Dr. Flaxington states that “The most powerful people are the ones who understand themselves better than others understand them.” She helps us to find out more about ourselves by finding out what triggers our responses, what our values are and knowing how we communicate. The first and main secret is that everything is “all about me”. Our reactions to others is how we unintentionally “view every experience through our own lenses”. We need to watch others, listen and pay attention, watch our own reactions, recognize our own triggers and be committed to stop using our preconceived ideas. She states that we don’t need to change for anyone, but to adapt to situations and other people and communication will be improved.
I learned a lot and will definitely be using the 5 secrets in all aspects of my life.
Ms. Moran’s guide is full of short essays describing enlightening and uplifting ways for maintaining your life and giving it special meaning to you and the one’s around you. She concludes each of her essays with a “lucky charm” that suggests “a specific action you can take to apply the essence of that essay”.
As one of those people who needed to be uplifted, I was excited about receiving her book. It didn’t disappoint me. Ms. Moran talks about the simple things in life that we take for granted and how we can embrace those simple things and make them a part of our daily routine to bring us closer to fulfillment.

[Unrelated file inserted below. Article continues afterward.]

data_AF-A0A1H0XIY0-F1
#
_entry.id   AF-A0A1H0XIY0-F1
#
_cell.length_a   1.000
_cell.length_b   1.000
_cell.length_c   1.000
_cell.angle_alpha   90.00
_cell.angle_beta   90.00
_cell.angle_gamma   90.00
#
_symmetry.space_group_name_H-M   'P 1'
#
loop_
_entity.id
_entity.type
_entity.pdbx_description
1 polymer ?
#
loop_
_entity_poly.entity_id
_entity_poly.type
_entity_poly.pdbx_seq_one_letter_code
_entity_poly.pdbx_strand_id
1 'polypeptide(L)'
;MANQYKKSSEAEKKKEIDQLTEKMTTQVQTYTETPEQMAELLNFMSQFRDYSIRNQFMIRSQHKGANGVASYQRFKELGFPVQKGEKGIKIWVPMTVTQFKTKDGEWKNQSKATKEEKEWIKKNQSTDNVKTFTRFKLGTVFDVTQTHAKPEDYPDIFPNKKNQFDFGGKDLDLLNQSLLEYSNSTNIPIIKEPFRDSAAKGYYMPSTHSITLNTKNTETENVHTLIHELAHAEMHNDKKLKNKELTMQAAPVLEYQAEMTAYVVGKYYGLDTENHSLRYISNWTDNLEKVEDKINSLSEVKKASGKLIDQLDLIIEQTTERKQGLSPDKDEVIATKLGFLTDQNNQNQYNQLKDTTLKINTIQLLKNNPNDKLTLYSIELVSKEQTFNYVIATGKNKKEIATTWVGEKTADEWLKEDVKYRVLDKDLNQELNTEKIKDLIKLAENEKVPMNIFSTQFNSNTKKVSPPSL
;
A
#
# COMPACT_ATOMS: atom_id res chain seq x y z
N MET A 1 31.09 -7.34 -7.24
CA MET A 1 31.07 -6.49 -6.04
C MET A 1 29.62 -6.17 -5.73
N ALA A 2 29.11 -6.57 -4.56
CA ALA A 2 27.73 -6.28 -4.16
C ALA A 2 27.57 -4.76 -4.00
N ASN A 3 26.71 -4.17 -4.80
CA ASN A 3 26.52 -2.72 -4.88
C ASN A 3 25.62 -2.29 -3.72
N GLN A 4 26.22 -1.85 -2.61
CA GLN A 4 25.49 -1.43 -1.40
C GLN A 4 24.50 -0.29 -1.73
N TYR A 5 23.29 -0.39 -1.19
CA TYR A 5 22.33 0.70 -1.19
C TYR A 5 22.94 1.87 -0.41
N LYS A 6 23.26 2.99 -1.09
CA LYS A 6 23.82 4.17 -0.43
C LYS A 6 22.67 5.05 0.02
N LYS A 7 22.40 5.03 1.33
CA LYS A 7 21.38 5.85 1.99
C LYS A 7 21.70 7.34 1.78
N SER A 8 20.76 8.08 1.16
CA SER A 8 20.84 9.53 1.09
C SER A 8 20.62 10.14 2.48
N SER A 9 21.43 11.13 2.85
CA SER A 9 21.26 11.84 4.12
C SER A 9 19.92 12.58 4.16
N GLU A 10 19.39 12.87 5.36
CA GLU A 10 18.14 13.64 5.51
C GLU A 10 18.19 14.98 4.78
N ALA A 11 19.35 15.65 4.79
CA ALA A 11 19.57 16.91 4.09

I plan to use many of her ideas such as keeping a serendipity log to jot down positive coincidences and precious moments in my life, staying true to myself and tuning out the detractors.
I give this book 5 stars just for the simple fact that within 50 small essays it has inspired me to be the person I want to be.
Have you ever spent money without telling your partner? Have you ever applied for a credit card without your spouse knowing? If so, you are cheating on your loved one. It’s called financial infidelity.
This book is more about saving your relationship than saving your money. The Palmer’s are professional financial advisors and they have determined that people have five money personalities: The Saver, The Spender, The Risk Taker, The Security Seeker and The Flyer. They then proceed to help you identify your and your partner’s money personality, find your “financial infidelity quotient” by taking a short 19-question quiz and then teach you rules to communicate financially with your partner. The book has several case studies, including examples from the authors’ own relationship, which opened this reader’s eyes to what extent financial infidelity can affect a relationship.
I have to admit I was anxious to read this book because my fiancé and I were already having financial disagreements. The hardest part for me was to identify my own financial infidelities and then get my partner to read this book and identify his. I believe that this book will help us better communicate about finances and most importantly be sensitive to our partner’s feelings. This is a new and important look at why so many relationships fail and how we can possibly save them before it is too late.